Two diesel engines and three petrols will be offered initially.

Both diesels are 2.0-litre units. The entry-level diesel produces 148bhp and 251lb ft of torque, and the more powerful engine 187bhp and 295lb ft. Skoda has released only select details, saying the entry-level unit officially averages 56.5mpg and emits 131g/km of CO2, and the more powerful diesel covers 0-62mph in 8.6sec and has a top speed of 130mph.

There are two 1.4-litre petrol engines and one 2.0-litre petrol. The entry-level engine produces 123bhp and 148lb ft of torque and averages 47.0mpg while emitting 140g/km of CO2. The more powerful 1.4-litre engine, which features fuel-saving active cylinder technology, has 148bhp and 184lb ft of torque.

The 2.0-litre petrol engine has 178bhp and 236lb ft of torque.

Buyers can choose between a six-speed manual gearbox or DSG semi-automatic gearboxes with six or seven speeds. The most powerful petrol and diesel engines can be coupled with only the seven-speed DSG gearbox and all-wheel drive. Gearbox options for other engines depend heavily on whether the buyer specifies four or front-wheel drive - with the option of either available on all but the smallest petrol engine.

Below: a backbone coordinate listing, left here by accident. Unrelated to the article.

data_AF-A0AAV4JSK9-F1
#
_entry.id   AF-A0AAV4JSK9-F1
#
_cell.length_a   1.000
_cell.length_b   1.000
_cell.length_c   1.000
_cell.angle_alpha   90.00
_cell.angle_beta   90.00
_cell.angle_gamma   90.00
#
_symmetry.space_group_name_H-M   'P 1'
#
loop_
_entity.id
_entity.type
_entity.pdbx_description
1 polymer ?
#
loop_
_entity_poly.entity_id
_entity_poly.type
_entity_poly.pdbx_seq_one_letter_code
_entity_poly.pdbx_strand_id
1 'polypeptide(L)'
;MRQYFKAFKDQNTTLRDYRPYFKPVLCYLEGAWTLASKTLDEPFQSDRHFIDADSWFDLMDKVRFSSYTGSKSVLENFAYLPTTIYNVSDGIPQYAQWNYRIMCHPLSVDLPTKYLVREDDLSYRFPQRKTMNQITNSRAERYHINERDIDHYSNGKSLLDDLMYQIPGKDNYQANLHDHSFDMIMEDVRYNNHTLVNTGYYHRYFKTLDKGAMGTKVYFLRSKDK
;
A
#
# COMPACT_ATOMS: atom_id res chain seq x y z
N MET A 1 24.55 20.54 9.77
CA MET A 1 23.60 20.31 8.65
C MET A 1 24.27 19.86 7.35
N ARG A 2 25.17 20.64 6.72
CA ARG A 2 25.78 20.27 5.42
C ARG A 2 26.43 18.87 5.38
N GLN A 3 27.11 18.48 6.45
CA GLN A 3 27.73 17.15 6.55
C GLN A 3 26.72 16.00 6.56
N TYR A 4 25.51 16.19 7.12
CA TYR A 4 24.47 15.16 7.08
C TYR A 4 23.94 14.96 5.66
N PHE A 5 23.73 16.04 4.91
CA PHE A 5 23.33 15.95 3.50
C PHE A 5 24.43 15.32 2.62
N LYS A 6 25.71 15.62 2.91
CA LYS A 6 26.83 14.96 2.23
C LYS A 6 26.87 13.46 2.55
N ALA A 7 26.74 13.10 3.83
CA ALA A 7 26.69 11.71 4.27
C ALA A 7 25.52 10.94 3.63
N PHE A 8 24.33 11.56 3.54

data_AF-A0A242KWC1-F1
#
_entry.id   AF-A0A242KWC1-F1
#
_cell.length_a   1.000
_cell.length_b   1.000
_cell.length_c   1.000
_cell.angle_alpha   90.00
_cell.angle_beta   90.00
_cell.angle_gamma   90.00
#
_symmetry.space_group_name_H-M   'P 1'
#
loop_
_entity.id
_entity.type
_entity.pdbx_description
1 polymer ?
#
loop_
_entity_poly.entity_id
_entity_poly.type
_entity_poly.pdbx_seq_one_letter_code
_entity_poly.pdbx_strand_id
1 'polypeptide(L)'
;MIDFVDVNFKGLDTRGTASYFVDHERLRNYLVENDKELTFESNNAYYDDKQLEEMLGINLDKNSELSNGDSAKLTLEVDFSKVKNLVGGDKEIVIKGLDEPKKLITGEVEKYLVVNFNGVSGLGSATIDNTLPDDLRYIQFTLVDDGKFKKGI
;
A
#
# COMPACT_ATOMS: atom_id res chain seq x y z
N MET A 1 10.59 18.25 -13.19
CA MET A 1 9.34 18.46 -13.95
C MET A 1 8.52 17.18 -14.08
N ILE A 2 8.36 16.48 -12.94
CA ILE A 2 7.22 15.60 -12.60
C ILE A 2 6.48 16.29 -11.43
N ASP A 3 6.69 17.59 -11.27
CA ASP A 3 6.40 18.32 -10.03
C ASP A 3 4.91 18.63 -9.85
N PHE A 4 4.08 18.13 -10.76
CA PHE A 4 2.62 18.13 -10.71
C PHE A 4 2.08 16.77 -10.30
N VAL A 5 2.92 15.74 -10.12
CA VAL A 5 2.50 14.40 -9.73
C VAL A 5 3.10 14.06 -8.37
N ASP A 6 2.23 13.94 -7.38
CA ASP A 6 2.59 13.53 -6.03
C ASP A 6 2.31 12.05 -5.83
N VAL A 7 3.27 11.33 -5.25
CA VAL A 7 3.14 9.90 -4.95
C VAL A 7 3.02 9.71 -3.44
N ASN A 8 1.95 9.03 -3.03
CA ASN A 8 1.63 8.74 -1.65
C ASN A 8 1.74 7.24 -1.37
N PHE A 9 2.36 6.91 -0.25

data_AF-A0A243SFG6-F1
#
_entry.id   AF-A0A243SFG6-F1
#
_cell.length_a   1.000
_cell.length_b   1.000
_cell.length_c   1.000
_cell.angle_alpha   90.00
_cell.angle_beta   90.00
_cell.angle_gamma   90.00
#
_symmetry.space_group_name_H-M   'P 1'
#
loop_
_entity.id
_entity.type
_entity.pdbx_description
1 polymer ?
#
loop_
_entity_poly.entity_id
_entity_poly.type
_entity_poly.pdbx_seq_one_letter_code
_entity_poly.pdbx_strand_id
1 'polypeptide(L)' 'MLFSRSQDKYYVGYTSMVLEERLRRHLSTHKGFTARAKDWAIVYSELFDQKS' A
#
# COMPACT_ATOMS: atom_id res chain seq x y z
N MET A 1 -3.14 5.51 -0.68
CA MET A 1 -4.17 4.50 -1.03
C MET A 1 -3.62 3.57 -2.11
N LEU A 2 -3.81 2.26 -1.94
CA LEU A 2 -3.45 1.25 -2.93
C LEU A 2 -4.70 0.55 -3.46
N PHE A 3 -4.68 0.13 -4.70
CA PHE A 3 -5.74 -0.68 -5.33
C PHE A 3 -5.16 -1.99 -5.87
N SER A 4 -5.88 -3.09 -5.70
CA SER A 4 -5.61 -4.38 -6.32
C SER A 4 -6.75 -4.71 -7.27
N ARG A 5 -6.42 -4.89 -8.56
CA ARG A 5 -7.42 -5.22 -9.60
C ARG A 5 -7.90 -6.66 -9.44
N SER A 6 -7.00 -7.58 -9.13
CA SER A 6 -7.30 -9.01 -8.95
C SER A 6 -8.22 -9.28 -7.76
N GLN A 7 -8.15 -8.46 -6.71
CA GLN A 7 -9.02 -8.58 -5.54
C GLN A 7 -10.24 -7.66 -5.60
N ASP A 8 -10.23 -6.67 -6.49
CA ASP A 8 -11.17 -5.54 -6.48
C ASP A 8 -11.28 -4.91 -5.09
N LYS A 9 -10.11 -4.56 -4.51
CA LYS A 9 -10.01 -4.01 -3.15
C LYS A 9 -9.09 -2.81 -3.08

DSG-equipped cars will have the option of Driving Mode Select, which allows the driver to toggle between Normal, Eco, Sport, Snow and Individual modes, all of which alter the DSG, engine, power steering and air-con settings. Additionally, Adaptive Dynamic Chassis Control can be integrated with the system, adjusting the shock absorber settings in line with the selection of Comfort, Normal or Sport mode.

The Kodiaq also has an Off-Road mode, which modifies the chassis, engine and brake settings to cope with rough terrain and engages Hill Descent Assist on steep downward slopes.

Early indications are that the Kodiaq will be priced to significantly undercut rivals at every level. A top-end Laurin & Klement trim level is expected to be launched around the end of 2017.

Skoda Kodiaq interior and exterior

The Kodiaq’s styling is heavily influenced  by the VisionS concept car shown earlier this year, with the interior in particular featuring several striking new design touches.

As standard, the Kodiaq gets a 6.5in touchscreen as standard, with Bluetooth and SmartLink, which supports Apple CarPlay, Android Auto and MirrorLink, available as options.

Optionally, buyers can have an 8.0in touchscreen, which includes a function that records the driver’s voice and plays it back to the rear seats.

A top-spec system adds a sat-nav function to the 8.0in screen, plus off-road and parking camera aids.